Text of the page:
Student builds successful hay business
In some respects, Scotty Thellman was just like many other students who graduated from high school in Lawrence, KS, last spring. He worked after school and on weekends to help fund his hobbies and build funds for college.
However, while other students were mowing yards and serving fast food, Thellman was building a hay business that churned out nearly 7,000 small square bales annually between his sophomore and senior years. The irony is that he didn't live on a farm or have any exposure to agriculture until about 10 years ago.
That's when his parents, Scott and Nancy, decided to move the family to a 114-acre farm just outside of Lawrence. To Thellman's father, the farm was a welcome divergence to his job as a plastic surgeon. However, the sharp contrast to city life was even more compelling for the son.
His interest in farming was first sparked by Leo Smith, a farmer who kept cattle on the family's land. “He was a great mentor to me,” Thellman recalls. “He showed me that farming is hard work, but well worth it if you love the land.”
With Smith's advice and help from the county Extension office, Thellman started to look at the 35 acres of grass hay on his parents' farm as a business opportunity.
“By my freshman year in high school, I knew I wanted to develop some kind of farm of my own, and since we already had brome on the place, hay seemed to be the most obvious choice,” he says.
He put up about 800 bales that first summer, using an old sickle mower, a parallel bar rake and a 45-year-old small square baler bought for $100.
Thellman soon realized, though, that he would need bigger and better equipment if he wanted to expand. So he put together a business plan and, with help from his parents, bought a new tractor and a used 12' mower-conditioner. A year later, he bought a new 10-wheel rake and a used bale wagon, followed by a used in-line square baler during his senior year.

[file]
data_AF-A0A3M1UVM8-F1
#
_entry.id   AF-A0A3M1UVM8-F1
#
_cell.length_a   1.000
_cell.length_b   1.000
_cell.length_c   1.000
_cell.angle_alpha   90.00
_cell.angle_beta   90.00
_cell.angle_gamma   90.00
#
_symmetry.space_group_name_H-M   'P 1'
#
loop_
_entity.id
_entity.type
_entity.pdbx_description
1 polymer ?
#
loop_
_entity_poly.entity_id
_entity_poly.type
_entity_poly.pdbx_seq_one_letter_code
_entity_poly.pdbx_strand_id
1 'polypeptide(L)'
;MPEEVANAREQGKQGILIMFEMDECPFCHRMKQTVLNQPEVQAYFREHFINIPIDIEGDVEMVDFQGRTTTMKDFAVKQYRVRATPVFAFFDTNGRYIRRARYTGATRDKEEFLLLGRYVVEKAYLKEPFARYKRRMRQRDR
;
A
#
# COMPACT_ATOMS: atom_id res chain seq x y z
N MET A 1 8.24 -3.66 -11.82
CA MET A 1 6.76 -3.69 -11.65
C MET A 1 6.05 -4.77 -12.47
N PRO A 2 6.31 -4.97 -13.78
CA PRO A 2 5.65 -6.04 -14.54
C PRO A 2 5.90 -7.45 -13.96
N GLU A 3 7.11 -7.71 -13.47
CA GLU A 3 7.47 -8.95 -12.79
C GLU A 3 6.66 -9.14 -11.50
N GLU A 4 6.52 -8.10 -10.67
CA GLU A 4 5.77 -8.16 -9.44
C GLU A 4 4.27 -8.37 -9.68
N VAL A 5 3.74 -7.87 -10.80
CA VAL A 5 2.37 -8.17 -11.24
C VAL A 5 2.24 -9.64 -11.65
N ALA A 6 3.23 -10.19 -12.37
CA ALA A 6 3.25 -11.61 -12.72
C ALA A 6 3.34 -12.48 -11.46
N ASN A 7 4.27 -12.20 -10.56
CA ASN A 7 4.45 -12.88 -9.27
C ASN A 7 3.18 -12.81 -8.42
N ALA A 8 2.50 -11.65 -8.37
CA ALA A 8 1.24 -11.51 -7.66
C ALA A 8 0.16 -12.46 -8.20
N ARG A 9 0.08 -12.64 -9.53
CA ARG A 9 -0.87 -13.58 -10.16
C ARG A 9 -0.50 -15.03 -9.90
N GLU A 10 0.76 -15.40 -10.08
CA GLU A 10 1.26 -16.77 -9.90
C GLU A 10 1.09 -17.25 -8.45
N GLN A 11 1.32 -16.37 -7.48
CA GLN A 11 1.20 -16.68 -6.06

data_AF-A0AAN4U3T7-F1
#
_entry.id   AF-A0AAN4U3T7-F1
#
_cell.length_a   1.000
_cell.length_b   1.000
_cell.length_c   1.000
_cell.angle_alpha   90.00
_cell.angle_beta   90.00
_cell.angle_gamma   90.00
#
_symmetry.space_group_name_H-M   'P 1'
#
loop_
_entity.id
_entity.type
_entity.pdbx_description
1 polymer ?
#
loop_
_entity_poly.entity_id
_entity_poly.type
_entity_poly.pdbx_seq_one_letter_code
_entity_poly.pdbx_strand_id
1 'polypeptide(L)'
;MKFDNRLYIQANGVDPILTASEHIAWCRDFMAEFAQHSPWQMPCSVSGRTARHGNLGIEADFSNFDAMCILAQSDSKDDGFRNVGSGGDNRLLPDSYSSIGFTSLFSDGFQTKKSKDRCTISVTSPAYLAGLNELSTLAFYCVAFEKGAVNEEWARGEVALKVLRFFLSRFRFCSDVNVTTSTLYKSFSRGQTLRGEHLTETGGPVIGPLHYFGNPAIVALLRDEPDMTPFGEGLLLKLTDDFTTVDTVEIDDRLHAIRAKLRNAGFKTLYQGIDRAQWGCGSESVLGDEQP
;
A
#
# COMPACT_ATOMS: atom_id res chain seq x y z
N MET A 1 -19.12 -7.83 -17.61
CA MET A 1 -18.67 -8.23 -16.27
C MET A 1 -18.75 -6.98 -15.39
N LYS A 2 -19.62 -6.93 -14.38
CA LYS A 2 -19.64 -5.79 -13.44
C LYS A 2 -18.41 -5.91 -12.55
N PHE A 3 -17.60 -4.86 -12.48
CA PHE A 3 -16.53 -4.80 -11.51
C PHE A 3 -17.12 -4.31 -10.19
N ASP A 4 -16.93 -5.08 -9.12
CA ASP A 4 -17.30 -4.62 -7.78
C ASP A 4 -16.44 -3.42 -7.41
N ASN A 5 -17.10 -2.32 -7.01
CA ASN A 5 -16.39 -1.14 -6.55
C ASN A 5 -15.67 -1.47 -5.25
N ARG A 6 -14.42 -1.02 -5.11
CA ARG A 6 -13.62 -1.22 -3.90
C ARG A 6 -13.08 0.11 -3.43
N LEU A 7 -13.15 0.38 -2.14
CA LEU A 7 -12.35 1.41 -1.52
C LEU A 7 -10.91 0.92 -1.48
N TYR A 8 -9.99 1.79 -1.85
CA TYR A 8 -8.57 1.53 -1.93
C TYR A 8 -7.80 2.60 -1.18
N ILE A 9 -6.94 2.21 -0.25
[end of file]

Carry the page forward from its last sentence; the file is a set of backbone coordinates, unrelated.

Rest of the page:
Today, Thellman's Juniper Hill Hay and Pasture enterprise cuts, rakes, bales and occasionally stacks an average of 6,000-7,500 bales per year. Part comes from the family's two hayfields, while the rest is custom baled on contract or shares.
“During the 2009 season, I baled about 6,700 small square bales of grass hay, 1,200 straw bales and a couple hundred round bales,” he says, noting that he rents a round baler from a local dealership as needed for custom work.
“A large portion of that crop has already been sold to a horse farm in Colorado that picks up a semi load a month. I still market my hay over the Internet, too. But most of my business is through word of mouth.”
In the meantime, Thellman planted 14 acres of the family farm to wheat for use as a nurse crop, pending a new alfalfa stand this spring. Plus, he has acquired access to 50 acres of river-bottom farmland for alfalfa.
Finally, he enrolled in two classes at the local community college — one is a course on commercial production of farmers' market produce. Within a year, he plans to enroll in one of the nearby ag universities with a goal of majoring in ag economics with a minor in crop science.
“I may have to cut the hay season a little shorter, but I'd like to keep my hay business going as long as I can,” he says. “We'll see what happens.”